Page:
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Senator David Vitter
Republican of Louisiana



Liberal Action Score: 6/100
Conservative Action Score: 75/100

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Mailing address: 516 Hart Senate Office Building, Washington DC 20510
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DC Office Phone: 202-224-4623
LA Office Phone: 225-383-0331

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These Liberal and Conservative Ratings for the U.S. Senate are frequently updated as new bills are introduced, new roll call votes are held, and members of the Senate cosponsor existing bills. Our most recent update: December 31, 2012.
That's My Congress: independent information on legislators, legislation and congressional campaigns for the 112th Congress

Republican Senator David Vitter of Louisiana

Sen. Vitter's Liberal Action Score: 6
The Liberal Action Score is calculated by compiling a series of measured liberal actions (both roll call voting and bill cosponsorship) in the 112th Congress and comparing David Vitter's behavior against a liberal standard:
  • Respect for constitutional protections of American civil liberty
  • Transparency and public access in government
  • Equal treatment of people under law
  • The respect and pursuit of empirical knowledge through support for science and education
  • Protection of the Earth's environmental richness
  • Strengthening of economic opportunity for all
  • Pursuit of peaceful solutions and opposition to militarism in policy
A score of 6 means that Senator Vitter has participated in 6% of our slate of liberal actions in the 112th Congress.

Liberal Actions Taken by Vitter during the 112th Congress of 2011-2012:

S. 953

Did American politicians learn their lesson from the Deepwater Horizon disaster, in which a lack of full regulation and inspection led to a heavy economic and environmental toll? Perhaps only selectively so. Senator Mitch McConnell introduced S. 953 in the 112th Congress and brought it up for a vote on May 18 2011. The bill puts a fig leaf on oil rig spills by requiring studies of safety patterns, but in practice it makes it harder to challenge offshore oil drilling in a number of ways. If S. 953 had been passed, the government would have only 30 days to study and consider an application for offshore oil drilling before approving it, and Americans would have only 60 days to prepare and submit a challenge to that application. In any court hearing, it requires that the government's hastily-prepared account of the facts be presumed correct. Current leases for offshore oil drilling would be arbitrarily extended by a year, regardless of their record. In short, the bill rigs the review process for offshore oil drilling heavily in the oil industry's favor. Even if petitioners had won in the stacked review process, the remedies they could have obtained would have been limited. Fortunately for environmental standards, S. 953 was voted down.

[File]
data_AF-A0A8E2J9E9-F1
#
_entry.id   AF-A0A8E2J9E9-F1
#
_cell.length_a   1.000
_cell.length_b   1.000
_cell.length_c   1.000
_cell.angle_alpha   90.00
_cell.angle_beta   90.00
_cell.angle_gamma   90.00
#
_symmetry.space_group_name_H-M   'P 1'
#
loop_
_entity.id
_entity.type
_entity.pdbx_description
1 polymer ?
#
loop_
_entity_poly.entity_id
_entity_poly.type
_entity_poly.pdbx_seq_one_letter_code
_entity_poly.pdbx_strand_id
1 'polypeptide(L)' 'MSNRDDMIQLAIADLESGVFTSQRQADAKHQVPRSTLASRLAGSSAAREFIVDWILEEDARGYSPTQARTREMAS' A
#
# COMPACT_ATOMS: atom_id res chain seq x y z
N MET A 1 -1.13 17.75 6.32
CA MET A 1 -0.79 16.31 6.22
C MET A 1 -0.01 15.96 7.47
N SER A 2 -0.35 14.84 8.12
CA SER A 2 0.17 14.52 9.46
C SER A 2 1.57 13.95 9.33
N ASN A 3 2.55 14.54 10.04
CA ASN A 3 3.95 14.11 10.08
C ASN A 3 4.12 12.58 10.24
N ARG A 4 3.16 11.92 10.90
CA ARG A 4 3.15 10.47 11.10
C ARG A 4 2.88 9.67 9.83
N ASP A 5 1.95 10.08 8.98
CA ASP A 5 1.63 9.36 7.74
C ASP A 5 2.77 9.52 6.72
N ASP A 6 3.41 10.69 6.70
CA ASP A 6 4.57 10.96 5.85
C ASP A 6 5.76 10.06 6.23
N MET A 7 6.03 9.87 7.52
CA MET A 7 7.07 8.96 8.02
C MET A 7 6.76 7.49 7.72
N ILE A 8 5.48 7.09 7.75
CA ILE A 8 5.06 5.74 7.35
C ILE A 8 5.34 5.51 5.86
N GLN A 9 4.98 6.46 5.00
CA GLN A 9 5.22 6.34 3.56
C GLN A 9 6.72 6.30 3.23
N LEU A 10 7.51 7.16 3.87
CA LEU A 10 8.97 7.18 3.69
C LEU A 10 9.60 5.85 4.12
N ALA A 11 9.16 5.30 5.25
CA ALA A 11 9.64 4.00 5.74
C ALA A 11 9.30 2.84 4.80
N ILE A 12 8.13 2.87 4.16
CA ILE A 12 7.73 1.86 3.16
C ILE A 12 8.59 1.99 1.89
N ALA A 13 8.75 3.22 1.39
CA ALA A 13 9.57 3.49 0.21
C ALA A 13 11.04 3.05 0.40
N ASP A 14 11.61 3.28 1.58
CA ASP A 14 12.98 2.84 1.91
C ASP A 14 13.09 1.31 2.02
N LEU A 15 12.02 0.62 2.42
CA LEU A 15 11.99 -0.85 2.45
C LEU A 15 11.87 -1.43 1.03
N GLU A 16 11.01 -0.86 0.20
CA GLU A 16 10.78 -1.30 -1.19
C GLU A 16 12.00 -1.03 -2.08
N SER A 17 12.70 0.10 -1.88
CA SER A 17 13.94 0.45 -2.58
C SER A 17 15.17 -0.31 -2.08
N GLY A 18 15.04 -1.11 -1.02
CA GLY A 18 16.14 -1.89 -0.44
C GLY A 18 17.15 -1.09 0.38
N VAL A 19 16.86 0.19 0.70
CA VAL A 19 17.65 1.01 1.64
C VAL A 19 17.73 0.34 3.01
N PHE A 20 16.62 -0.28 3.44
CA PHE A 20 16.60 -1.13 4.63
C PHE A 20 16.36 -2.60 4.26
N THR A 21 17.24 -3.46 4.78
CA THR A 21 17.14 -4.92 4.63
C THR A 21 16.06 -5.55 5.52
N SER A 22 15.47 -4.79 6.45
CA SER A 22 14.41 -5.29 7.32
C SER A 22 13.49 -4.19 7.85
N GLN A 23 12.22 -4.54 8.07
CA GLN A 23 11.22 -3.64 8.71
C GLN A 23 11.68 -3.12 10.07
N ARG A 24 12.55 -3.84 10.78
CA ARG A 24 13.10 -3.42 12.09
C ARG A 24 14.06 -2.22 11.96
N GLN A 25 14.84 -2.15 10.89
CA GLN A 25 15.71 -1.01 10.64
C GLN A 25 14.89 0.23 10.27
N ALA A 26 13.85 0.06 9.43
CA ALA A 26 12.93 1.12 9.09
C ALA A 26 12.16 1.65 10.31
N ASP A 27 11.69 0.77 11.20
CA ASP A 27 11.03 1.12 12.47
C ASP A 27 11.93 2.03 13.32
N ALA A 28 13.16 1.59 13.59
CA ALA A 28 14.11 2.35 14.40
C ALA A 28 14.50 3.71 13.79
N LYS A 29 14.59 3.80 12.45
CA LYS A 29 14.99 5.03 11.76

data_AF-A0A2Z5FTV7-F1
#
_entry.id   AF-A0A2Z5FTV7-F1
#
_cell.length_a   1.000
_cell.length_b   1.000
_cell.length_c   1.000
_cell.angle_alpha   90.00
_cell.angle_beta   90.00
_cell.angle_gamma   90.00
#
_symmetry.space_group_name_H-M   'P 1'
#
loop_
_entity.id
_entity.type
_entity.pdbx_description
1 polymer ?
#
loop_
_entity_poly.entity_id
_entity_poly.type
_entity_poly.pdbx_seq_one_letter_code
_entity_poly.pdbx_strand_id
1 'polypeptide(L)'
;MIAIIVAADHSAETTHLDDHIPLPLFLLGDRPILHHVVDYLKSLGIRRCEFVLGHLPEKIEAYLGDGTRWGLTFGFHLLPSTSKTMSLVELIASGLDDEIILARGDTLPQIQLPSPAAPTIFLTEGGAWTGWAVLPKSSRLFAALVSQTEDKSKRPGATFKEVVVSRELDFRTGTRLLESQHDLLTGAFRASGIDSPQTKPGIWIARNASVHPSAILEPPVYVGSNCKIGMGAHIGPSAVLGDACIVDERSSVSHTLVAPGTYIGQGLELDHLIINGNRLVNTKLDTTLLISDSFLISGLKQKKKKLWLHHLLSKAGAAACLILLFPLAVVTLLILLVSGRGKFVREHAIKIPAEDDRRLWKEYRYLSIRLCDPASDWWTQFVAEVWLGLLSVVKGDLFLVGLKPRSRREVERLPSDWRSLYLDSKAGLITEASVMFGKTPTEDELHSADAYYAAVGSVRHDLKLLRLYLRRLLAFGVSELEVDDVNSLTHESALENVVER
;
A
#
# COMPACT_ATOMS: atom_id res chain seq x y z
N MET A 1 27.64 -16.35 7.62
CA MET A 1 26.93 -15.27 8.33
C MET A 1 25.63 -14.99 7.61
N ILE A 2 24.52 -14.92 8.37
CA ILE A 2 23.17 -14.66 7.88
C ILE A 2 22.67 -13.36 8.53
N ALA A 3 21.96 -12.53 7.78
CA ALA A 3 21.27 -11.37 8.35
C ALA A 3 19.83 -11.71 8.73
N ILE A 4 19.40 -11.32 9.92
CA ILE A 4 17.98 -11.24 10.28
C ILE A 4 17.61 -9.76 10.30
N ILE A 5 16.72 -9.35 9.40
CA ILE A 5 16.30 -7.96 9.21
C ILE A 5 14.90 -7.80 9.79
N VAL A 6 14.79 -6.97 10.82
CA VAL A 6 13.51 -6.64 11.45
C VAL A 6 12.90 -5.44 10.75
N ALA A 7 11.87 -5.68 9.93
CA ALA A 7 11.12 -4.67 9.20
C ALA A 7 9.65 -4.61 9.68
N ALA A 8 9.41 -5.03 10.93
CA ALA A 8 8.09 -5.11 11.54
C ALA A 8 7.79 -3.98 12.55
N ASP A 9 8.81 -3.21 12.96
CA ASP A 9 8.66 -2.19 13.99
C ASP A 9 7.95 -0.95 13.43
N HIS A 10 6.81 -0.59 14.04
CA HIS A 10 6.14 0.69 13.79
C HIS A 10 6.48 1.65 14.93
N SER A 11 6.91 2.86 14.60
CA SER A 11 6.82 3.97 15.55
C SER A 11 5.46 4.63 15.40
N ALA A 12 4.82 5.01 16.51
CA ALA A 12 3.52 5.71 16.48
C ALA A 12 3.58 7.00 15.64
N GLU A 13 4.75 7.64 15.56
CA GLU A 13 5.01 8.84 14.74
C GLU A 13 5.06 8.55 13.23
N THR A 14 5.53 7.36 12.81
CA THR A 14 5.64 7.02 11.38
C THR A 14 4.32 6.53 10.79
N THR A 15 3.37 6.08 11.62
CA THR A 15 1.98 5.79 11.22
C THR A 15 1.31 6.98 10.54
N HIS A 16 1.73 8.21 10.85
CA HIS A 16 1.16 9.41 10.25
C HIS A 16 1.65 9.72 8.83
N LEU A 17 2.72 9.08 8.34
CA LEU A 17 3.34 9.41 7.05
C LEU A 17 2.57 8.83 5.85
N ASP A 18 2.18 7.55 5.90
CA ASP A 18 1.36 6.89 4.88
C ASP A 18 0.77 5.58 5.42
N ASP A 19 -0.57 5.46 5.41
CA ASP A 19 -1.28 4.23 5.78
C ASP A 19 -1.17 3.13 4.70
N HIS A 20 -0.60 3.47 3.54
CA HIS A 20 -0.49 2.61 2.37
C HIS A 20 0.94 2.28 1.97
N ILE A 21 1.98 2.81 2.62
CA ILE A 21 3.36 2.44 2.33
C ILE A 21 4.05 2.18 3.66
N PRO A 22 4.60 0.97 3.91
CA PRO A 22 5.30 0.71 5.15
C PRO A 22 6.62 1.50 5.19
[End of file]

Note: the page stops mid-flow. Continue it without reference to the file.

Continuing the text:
Senator Vitter has taken a liberal course of action by voting against this bill.




Unfinished Business:
Liberal Bills Senator Vitter has failed to support through cosponsorship:

S. 186

As the text of S. 186 points out, "October 7, 2011, will mark the 10-year anniversary of the start of Operation Enduring Freedom in Afghanistan." This war has cost more than a third of a trillion dollars and has spilled the blood of more than a thousand Americans and uncounted civilians of Afghanistan. Ten years into the war, the Taliban is just as strong, Afghanistan is just as fractured, and there is no clear way out. S. 186 declares simply, "It is the policy of the United States to begin the phased redeployment of United States combat forces from Afghanistan not later than July 1, 2011." S. 186 would have the President submit his plan for phased withdrawal from Afghanistan during the same year.

Senator Vitter has failed to cosponsor S. 186. After you read the text of S. 186, call Sen Vitter's office at 225-383-0331 and ask him to support it by adding his cosponsorship.


S. 598

If passed, the Respect for Marriage Act (S. 598) would repeal DOMA, the Defense of Marriage Act. Enacted in the 1990s, DOMA removed the presumption (based in the "Full Faith and Credit" clause of the Constitution) that same-sex marriages carried out in one state would be recognized in other states or by the federal government. S. 598 would restore cross-state and federal recognition, recognition that different-sex marriages continue to enjoy.

Senator Vitter has failed to cosponsor S. 598. After you read the text of S. 598, call Sen Vitter's office at 225-383-0331 and ask him to support it by adding his cosponsorship.